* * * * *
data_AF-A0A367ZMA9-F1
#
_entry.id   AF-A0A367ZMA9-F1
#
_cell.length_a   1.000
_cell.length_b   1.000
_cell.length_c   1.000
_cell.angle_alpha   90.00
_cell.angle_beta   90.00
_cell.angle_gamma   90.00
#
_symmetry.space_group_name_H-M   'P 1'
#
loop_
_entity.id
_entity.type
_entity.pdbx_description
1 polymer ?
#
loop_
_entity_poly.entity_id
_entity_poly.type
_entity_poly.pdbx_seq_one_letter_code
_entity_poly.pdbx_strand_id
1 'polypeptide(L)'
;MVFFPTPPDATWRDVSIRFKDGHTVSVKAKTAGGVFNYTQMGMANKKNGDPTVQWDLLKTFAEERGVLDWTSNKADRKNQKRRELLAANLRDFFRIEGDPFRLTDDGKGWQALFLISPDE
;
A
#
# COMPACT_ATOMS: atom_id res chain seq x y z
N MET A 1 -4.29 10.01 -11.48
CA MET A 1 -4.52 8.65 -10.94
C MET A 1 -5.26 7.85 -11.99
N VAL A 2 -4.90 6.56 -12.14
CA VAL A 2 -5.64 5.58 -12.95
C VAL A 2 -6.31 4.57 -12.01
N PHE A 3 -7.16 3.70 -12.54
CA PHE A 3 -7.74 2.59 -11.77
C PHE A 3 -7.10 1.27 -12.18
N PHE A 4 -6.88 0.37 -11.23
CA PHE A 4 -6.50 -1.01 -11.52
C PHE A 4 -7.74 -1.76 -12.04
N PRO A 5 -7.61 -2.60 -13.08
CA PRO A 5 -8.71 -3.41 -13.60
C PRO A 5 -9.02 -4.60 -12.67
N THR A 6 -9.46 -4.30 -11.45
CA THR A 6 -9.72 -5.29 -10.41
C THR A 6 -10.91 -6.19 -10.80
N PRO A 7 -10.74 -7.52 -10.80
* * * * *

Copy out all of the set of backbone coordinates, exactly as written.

data_AF-A0A367ZMA9-F1
#
_entry.id   AF-A0A367ZMA9-F1
#
_cell.length_a   1.000
_cell.length_b   1.000
_cell.length_c   1.000
_cell.angle_alpha   90.00
_cell.angle_beta   90.00
_cell.angle_gamma   90.00
#
_symmetry.space_group_name_H-M   'P 1'
#
loop_
_entity.id
_entity.type
_entity.pdbx_description
1 polymer ?
#
loop_
_entity_poly.entity_id
_entity_poly.type
_entity_poly.pdbx_seq_one_letter_code
_entity_poly.pdbx_strand_id
1 'polypeptide(L)'
;MVFFPTPPDATWRDVSIRFKDGHTVSVKAKTAGGVFNYTQMGMANKKNGDPTVQWDLLKTFAEERGVLDWTSNKADRKNQKRRELLAANLRDFFRIEGDPFRLTDDGKGWQALFLISPDE
;
A
#
# COMPACT_ATOMS: atom_id res chain seq x y z
N MET A 1 -4.29 10.01 -11.48
CA MET A 1 -4.52 8.65 -10.94
C MET A 1 -5.26 7.85 -11.99
N VAL A 2 -4.90 6.56 -12.14
CA VAL A 2 -5.64 5.58 -12.95
C VAL A 2 -6.31 4.57 -12.01
N PHE A 3 -7.16 3.70 -12.54
CA PHE A 3 -7.74 2.59 -11.77
C PHE A 3 -7.10 1.27 -12.18
N PHE A 4 -6.88 0.37 -11.23
CA PHE A 4 -6.50 -1.01 -11.52
C PHE A 4 -7.74 -1.76 -12.04
N PRO A 5 -7.61 -2.60 -13.08
CA PRO A 5 -8.71 -3.41 -13.60
C PRO A 5 -9.02 -4.60 -12.67
N THR A 6 -9.46 -4.30 -11.45
CA THR A 6 -9.72 -5.29 -10.41
C THR A 6 -10.91 -6.19 -10.80
N PRO A 7 -10.74 -7.52 -10.80